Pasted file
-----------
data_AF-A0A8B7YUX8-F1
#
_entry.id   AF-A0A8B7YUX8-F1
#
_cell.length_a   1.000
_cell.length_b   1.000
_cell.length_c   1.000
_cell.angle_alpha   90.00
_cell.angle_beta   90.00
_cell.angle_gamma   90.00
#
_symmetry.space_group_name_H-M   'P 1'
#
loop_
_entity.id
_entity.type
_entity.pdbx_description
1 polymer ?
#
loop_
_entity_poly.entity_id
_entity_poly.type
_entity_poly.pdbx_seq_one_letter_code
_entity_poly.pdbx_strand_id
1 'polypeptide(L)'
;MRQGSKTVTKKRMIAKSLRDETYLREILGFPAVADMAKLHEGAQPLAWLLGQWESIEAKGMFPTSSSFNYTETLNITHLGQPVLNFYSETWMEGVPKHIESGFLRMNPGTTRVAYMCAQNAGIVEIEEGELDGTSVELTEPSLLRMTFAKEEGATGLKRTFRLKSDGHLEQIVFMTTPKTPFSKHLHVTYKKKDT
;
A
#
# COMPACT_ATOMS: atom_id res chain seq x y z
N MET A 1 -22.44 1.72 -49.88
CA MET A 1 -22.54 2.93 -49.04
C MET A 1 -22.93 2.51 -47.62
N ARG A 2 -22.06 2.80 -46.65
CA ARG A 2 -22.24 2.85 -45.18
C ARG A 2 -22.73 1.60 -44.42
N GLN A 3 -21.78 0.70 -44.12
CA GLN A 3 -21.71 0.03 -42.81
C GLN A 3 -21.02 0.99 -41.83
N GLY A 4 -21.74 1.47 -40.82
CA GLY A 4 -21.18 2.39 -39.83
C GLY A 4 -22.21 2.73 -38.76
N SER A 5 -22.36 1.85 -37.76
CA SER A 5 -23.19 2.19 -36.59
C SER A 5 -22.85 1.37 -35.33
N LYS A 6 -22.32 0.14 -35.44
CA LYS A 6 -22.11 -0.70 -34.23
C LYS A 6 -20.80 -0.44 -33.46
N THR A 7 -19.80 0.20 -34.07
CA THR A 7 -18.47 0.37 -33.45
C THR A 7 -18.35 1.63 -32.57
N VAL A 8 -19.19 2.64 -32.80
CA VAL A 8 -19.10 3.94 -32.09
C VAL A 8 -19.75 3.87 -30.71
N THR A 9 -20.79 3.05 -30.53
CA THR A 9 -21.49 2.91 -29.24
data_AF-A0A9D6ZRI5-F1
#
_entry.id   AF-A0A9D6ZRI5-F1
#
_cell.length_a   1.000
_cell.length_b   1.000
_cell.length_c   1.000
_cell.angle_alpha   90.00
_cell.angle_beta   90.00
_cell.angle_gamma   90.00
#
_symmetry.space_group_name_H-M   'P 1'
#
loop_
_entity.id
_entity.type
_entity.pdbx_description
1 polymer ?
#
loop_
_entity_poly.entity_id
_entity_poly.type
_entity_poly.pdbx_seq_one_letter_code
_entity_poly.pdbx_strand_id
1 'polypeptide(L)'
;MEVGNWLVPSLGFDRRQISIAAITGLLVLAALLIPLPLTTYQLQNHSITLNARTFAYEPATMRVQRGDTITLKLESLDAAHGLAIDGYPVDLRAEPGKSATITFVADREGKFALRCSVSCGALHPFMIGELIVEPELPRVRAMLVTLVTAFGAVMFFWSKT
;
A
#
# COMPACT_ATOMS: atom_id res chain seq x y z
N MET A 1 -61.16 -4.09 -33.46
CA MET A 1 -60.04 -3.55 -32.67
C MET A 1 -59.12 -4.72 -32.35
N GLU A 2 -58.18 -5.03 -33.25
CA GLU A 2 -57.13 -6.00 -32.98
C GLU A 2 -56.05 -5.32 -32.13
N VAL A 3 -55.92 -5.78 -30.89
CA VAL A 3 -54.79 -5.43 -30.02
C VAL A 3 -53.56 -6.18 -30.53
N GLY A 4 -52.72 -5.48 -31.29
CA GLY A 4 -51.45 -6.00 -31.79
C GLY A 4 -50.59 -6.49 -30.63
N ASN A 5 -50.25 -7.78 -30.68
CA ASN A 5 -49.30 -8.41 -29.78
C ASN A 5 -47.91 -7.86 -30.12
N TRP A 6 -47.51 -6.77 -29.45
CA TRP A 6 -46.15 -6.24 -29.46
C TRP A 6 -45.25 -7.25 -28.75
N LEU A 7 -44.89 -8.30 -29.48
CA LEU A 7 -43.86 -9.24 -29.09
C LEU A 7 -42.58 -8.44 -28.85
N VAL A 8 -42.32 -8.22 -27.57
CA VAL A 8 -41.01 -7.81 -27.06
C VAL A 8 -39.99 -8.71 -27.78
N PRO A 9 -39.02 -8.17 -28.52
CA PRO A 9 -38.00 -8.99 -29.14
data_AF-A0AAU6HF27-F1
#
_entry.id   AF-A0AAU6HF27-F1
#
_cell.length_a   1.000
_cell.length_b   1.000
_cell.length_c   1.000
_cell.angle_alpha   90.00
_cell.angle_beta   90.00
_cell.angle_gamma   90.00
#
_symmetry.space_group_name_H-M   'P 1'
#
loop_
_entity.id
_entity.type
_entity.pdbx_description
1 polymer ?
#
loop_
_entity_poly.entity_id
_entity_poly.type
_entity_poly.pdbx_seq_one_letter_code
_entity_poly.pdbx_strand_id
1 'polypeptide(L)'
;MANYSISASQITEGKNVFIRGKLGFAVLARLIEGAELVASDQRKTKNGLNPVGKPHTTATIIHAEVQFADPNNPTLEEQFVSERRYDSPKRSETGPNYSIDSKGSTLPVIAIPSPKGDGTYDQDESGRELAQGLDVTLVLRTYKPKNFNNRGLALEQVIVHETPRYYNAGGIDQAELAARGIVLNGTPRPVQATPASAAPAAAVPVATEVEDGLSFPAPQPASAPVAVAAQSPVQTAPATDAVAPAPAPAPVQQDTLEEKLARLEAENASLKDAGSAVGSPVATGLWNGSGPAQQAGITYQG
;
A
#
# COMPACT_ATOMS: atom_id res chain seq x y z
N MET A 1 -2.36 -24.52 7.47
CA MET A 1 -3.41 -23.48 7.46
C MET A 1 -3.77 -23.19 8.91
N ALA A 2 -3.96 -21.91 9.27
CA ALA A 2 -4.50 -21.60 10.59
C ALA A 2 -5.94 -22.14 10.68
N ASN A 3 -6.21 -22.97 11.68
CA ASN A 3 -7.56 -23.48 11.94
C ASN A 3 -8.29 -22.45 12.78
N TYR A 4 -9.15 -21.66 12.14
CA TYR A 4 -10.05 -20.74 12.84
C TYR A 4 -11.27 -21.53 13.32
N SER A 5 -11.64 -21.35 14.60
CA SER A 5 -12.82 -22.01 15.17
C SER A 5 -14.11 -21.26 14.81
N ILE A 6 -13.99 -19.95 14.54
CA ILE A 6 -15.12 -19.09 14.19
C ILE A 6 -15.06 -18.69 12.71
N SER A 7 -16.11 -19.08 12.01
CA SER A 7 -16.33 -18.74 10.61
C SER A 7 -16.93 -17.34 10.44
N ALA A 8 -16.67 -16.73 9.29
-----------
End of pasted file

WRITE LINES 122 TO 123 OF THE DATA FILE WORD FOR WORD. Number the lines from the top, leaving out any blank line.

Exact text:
_cell.angle_gamma   90.00
#